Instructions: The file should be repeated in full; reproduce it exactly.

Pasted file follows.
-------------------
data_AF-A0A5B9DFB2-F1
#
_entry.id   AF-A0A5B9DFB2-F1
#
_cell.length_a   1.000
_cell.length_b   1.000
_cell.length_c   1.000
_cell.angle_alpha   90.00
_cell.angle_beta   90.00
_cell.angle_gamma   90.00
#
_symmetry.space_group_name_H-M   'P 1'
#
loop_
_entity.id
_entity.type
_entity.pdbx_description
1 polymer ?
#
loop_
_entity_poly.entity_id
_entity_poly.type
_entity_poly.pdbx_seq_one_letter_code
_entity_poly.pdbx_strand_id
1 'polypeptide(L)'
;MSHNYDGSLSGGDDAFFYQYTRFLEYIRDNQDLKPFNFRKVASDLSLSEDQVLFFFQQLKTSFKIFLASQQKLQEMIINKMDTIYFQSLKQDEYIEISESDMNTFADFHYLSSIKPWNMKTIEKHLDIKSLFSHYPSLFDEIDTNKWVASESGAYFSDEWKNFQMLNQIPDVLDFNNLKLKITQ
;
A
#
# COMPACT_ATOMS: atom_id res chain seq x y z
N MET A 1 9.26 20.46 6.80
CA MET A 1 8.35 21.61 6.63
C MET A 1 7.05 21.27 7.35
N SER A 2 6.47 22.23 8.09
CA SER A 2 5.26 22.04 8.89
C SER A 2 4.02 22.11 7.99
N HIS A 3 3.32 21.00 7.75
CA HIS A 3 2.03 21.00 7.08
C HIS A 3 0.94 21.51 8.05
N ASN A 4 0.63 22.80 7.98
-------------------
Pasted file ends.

data_AF-A0A5B9DFB2-F1
#
_entry.id   AF-A0A5B9DFB2-F1
#
_cell.length_a   1.000
_cell.length_b   1.000
_cell.length_c   1.000
_cell.angle_alpha   90.00
_cell.angle_beta   90.00
_cell.angle_gamma   90.00
#
_symmetry.space_group_name_H-M   'P 1'
#
loop_
_entity.id
_entity.type
_entity.pdbx_description
1 polymer ?
#
loop_
_entity_poly.entity_id
_entity_poly.type
_entity_poly.pdbx_seq_one_letter_code
_entity_poly.pdbx_strand_id
1 'polypeptide(L)'
;MSHNYDGSLSGGDDAFFYQYTRFLEYIRDNQDLKPFNFRKVASDLSLSEDQVLFFFQQLKTSFKIFLASQQKLQEMIINKMDTIYFQSLKQDEYIEISESDMNTFADFHYLSSIKPWNMKTIEKHLDIKSLFSHYPSLFDEIDTNKWVASESGAYFSDEWKNFQMLNQIPDVLDFNNLKLKITQ
;
A
#
# COMPACT_ATOMS: atom_id res chain seq x y z
N MET A 1 9.26 20.46 6.80
CA MET A 1 8.35 21.61 6.63
C MET A 1 7.05 21.27 7.35
N SER A 2 6.47 22.23 8.09
CA SER A 2 5.26 22.04 8.89
C SER A 2 4.02 22.11 7.99
N HIS A 3 3.32 21.00 7.75
CA HIS A 3 2.03 21.00 7.08
C HIS A 3 0.94 21.51 8.05
N ASN A 4 0.63 22.80 7.98